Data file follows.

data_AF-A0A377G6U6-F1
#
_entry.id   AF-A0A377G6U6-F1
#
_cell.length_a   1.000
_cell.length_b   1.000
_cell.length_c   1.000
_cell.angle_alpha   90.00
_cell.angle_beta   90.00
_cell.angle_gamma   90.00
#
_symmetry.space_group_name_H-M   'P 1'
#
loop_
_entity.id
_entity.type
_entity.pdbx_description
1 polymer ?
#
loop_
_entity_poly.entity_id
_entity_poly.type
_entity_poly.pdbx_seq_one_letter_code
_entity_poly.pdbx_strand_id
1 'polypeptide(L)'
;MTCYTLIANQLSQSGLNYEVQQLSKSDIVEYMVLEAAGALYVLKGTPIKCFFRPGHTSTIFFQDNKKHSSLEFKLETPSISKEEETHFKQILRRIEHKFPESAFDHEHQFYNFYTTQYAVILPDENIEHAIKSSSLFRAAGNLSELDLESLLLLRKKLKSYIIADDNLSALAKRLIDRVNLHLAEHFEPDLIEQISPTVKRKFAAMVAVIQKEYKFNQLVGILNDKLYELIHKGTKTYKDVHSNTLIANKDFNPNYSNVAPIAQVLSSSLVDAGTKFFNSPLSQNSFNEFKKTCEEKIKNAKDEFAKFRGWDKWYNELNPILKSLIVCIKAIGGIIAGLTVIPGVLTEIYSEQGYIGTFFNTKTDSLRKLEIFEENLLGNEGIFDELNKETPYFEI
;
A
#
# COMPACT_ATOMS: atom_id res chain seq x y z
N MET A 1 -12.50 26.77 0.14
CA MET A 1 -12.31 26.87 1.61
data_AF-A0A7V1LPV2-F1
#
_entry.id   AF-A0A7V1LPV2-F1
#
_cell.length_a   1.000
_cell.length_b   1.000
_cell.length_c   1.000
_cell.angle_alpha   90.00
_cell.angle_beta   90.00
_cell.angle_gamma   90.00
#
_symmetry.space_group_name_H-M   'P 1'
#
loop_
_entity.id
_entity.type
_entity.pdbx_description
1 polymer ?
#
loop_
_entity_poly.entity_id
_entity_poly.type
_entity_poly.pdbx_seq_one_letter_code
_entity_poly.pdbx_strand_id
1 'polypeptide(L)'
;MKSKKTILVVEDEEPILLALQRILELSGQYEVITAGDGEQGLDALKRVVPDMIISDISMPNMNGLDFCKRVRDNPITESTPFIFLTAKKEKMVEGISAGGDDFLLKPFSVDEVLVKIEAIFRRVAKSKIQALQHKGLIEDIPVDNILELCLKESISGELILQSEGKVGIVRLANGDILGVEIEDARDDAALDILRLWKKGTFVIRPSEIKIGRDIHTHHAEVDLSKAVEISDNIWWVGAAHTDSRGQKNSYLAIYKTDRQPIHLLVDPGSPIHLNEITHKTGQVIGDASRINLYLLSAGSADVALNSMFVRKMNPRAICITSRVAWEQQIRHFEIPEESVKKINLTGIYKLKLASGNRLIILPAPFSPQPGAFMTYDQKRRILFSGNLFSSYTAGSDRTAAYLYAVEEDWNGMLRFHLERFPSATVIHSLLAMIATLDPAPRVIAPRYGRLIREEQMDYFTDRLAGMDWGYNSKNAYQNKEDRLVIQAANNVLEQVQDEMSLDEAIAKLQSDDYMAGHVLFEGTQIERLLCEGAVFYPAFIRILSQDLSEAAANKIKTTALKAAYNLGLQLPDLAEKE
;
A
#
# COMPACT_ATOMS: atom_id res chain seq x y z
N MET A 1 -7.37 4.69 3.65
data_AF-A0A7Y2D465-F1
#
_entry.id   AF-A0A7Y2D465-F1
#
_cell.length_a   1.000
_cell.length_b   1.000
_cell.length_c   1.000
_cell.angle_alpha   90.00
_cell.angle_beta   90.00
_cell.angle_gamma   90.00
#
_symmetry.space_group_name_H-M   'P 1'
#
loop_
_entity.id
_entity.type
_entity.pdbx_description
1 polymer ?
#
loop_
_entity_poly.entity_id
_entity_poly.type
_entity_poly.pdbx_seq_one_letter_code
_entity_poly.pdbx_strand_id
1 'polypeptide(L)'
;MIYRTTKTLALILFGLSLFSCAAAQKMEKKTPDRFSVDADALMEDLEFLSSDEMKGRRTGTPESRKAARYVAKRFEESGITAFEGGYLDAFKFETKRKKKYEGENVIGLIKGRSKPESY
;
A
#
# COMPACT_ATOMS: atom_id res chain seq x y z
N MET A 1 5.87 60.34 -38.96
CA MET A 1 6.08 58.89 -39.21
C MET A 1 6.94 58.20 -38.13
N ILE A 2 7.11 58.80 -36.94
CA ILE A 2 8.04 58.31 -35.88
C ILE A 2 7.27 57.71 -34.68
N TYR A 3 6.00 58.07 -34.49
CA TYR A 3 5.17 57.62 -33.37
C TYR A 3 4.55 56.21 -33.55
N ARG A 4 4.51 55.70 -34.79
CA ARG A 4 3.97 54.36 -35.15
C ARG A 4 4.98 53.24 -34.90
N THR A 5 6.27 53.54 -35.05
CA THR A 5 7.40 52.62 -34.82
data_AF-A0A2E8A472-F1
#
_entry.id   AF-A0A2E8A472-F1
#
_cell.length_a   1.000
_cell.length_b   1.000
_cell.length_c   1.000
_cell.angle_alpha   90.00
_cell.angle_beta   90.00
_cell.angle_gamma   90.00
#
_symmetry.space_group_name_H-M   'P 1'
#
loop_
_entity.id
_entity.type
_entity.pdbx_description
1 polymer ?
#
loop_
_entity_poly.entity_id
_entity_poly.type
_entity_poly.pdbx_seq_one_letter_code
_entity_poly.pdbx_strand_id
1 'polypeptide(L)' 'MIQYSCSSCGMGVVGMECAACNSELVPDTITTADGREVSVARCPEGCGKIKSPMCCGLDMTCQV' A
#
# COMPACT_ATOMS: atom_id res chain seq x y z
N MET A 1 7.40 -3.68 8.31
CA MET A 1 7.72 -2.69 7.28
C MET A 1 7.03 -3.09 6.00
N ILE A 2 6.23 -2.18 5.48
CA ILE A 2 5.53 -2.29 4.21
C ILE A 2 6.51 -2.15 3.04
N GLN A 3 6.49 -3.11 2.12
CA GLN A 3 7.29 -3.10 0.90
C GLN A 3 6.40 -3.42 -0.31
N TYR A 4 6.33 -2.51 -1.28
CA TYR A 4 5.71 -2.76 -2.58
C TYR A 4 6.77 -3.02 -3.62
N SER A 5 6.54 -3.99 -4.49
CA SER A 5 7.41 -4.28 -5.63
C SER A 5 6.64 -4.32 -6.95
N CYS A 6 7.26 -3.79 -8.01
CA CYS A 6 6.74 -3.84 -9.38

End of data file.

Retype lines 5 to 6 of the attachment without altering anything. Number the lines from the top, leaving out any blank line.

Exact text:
_cell.length_a   1.000
_cell.length_b   1.000